Do Good Deeds do us any Good?

Facebooktwittergoogle_plusredditpinterestlinkedinmail

Good deeds – do they benefit the benefactor?

How things have changed since my adolescent years in the late 60’s.

It was the time of the baby-boomers. Elvis Presley, Woodstock, Bob Dylan and the Beatles. We smoked pot, went to discos, wore long hair, saw the first landing on the moon, jived and twisted and made love not war.

It was a great time to be alive. Life was simple, crime was less and a friend was someone you spoke to face to face.

Technology has changed it all. It’s made the world smaller and faster and more convenient, but we now surf the net, text messages, take selfies and have friends come over to stare at their phones.

Our more convenient lifestyle has distanced us from family and friends. Remember the good old Sunday lunches and family get-togethers.  

We have created a false mind-set of live and let live, but just don’t invade my space. Research has shown that in the last 10 years our empathy levels have spiraled drastically downwards while narcissism has radically increased (Personality and Social Psychology Review August 2010). Good deeds are strictly for boys scouts and girl guides.

Ours is not a time to be in need of sufferance or charity, because quite frankly, but for a few, nobody cares. Everything is about money and material possessions and a great intolerance towards those who don’t have, be it  health or wealth.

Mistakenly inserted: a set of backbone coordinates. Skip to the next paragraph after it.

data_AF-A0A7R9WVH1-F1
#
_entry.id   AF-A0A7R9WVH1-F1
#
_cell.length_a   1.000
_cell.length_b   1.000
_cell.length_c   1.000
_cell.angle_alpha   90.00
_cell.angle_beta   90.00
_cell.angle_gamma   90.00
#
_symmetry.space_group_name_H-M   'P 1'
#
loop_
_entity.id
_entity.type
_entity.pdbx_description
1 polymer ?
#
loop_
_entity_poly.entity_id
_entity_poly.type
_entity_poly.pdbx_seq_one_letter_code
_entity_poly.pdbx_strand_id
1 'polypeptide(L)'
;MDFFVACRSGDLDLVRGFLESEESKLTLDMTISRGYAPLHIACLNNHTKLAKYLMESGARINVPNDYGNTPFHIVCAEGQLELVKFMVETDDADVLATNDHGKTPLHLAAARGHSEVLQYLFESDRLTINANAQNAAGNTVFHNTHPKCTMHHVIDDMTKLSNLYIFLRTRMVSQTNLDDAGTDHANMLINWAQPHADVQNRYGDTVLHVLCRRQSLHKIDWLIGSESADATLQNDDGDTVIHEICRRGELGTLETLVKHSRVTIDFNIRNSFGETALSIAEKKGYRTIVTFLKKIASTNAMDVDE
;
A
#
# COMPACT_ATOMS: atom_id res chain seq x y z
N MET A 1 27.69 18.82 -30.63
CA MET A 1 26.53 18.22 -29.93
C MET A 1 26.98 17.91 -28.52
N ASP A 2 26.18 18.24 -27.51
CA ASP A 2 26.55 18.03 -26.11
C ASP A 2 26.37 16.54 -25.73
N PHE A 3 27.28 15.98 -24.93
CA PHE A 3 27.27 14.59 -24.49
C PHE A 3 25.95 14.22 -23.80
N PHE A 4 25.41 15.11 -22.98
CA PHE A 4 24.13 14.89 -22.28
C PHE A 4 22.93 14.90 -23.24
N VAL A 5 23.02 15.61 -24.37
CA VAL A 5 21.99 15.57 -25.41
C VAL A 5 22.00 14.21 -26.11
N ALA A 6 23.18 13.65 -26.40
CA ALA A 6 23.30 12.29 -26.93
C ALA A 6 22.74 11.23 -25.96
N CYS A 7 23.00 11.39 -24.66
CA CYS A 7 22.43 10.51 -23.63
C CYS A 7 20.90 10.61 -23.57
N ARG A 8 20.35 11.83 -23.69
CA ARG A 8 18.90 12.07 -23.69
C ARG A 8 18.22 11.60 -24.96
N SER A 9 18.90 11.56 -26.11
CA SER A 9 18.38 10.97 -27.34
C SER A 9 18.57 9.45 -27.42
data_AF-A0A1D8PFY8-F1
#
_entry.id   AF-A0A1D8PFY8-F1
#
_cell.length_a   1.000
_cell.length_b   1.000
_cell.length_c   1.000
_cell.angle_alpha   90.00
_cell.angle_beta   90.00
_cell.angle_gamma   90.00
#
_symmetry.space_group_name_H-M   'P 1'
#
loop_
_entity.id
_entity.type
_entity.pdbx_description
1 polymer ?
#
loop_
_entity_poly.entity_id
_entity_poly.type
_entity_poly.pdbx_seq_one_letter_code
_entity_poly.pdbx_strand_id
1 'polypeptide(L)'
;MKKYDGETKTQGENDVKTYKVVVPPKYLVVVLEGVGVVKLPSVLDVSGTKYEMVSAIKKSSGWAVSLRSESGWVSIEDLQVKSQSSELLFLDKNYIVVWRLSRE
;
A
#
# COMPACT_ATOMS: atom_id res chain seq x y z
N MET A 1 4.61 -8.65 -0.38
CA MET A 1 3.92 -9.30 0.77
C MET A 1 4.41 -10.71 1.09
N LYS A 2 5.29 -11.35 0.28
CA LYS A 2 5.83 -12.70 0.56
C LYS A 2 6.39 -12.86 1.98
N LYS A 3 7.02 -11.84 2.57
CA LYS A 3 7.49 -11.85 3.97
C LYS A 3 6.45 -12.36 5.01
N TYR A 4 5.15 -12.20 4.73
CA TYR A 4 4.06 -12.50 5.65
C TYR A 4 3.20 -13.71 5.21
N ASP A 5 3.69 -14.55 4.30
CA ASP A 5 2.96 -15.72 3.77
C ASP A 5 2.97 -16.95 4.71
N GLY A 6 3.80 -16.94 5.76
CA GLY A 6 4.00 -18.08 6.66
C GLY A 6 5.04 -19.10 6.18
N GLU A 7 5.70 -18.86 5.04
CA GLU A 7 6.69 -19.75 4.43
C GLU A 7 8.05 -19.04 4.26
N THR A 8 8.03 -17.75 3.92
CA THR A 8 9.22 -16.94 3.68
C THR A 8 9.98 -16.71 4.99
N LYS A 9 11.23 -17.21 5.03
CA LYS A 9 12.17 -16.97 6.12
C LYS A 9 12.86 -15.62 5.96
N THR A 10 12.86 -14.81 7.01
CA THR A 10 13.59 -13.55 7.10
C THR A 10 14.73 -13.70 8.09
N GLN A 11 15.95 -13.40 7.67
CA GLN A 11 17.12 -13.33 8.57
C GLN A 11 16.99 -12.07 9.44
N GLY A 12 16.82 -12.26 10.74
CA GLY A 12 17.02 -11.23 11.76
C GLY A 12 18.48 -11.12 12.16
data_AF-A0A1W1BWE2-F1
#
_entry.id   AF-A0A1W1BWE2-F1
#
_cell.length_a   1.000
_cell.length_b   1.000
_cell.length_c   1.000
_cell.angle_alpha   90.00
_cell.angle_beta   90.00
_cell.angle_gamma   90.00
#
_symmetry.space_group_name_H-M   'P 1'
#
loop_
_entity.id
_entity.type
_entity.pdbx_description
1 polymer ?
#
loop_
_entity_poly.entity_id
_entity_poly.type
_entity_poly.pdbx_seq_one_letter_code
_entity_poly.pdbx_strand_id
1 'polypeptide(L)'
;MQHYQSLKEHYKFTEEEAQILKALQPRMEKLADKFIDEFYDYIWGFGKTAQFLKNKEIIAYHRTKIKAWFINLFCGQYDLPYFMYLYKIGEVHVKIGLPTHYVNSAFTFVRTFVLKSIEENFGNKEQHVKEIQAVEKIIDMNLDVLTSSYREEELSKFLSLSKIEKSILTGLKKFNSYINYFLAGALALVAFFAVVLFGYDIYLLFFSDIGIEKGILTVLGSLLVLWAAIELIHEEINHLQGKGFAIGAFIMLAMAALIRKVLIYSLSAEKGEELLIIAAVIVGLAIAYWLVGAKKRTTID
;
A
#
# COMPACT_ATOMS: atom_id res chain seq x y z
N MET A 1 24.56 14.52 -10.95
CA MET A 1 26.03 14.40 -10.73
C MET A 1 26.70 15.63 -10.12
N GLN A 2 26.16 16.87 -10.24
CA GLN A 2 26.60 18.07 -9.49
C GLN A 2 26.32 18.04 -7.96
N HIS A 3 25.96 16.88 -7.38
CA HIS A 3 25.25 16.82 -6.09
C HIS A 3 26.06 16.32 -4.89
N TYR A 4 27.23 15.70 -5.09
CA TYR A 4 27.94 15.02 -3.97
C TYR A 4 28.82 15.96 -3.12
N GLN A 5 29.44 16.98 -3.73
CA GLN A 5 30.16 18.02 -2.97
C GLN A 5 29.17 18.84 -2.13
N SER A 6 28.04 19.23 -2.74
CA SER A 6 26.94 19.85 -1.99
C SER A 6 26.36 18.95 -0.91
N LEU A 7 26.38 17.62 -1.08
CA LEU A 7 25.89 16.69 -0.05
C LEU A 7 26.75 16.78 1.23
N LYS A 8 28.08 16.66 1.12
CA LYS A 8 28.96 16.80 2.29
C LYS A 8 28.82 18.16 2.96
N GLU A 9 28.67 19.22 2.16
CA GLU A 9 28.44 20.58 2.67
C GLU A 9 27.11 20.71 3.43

Looking at the world around us it’s often very hard to make sense of it all. It would be so much easier to simply surrender to all the depravity and misery, but thankfully there is still a lot of good out there. No matter how insignificant or futile it might appear, if every day each one of us spread just a little kindness and did a few good deeds, we can make the empathy graph turn back in favor of humanity.

Latest research shows that doing good can significantly boost your health. Psychologists call it ‘helper’s high’, after the pleasant feeling experienced when doing an act of charity.

Turns out these warm-and-fuzzy feelings releases a hormone called oxytocin. Often referred to as the love hormone, cuddle chemical or moral molecule, oxytocin creates feelings of closeness or bliss, like when snuggling up to a significant other. These feel good moments is what’s good for the heart, fights harmful free radicals and reduces inflammation.

The great thing is that random acts of kindness are not all about big deeds and lots of money. A kind word, a simple compliment or a get well card to lift someone’s spirit. You don’t have to change the world. The smallest thing can brighten someone’s day and bring you your daily dose of health and joy at the same time.

Here’s some wise words from Mother Teresa: ‘If you can’t feed a hundred people, then feed just one’.

It was her philosophy. It was how she wrought great change in the world, one step at a time.

Here’s to good deeds, good feelings and good health!

’till next time, but until then your comments are welcomed.

Steve

Main page

image_pdfimage_print

Leave a Reply

Your email address will not be published. Required fields are marked *